LONDON (Reuters) - Oil major BP was the biggest faller on Britain’s blue-chip board on Thursday, as investors fretted that a U.S. government lawsuit might mean the cost of its oil spill will be far higher than predicted.
Legal experts have said BP’s $40 billion estimate for the total cost of the oil spill — hitherto largely accepted by financial analysts — could double if the U.S. government managed to convince a court that BP had been grossly negligent.
BP and analysts had dismissed this possibility so far, but the harshly worded lawsuit filed on Wednesday by the Obama Administration spooked investors who in recent months have been betting on a BP recovery and a return to paying dividends.
“Clearly it is a negative development. It creates some fears concerning the ultimate decision on gross negligence or not,” said Societe Generale analyst Irene Himona.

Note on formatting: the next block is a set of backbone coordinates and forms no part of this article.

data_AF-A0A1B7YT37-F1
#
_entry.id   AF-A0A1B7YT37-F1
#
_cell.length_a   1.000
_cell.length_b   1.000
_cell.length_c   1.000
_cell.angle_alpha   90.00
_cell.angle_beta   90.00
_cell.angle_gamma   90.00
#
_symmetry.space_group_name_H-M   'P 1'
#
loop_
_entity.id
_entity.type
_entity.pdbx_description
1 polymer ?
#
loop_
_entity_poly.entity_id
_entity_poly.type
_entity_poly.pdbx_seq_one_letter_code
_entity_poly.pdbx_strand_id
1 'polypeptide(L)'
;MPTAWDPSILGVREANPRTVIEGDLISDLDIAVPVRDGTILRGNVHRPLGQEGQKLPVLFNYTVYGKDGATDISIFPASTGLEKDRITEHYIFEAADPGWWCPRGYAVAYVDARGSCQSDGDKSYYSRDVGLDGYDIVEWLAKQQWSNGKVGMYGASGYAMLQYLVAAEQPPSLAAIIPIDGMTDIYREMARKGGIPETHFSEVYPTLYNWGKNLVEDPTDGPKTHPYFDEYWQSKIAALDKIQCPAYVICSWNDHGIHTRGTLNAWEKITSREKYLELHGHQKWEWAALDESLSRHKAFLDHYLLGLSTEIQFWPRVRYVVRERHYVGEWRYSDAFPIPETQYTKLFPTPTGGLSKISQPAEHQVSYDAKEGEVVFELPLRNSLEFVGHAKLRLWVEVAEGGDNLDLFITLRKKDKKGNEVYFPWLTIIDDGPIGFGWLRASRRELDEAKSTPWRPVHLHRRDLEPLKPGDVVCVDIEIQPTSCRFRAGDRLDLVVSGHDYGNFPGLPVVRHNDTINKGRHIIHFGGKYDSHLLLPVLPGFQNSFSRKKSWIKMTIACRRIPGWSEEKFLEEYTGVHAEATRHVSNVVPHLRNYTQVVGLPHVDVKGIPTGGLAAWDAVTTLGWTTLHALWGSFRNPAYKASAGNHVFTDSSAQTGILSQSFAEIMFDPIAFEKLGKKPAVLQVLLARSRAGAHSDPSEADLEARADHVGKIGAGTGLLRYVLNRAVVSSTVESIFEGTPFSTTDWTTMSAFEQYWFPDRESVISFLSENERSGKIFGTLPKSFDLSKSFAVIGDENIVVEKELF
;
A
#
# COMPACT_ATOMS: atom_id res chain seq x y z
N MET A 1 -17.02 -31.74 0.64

“There is ongoing legal uncertainty,” Himona added.
BP’s London listed shares closed down 1.4 percent at 470 pence, underperforming a 0.1 percent rise in the STOXX Europe 600 Oil and Gas index. BP’s New York-listed ADRs added to losses on Wednesday, trading down 0.2 percent at 1836 GMT.
In recent months, BP’s shares had risen over 60 percent since hitting a low below 300 pence, on hopes the worst was behind the company.
The stock was up 10 percent in December alone as analysts and investors speculated that BP’s oil spill provision could significantly overstate its liabilities, a hope that was dented by the lawsuit.
“This is a reminder of what people should have already have known, and I suppose it makes people a little nervous,” said one top 10 investor.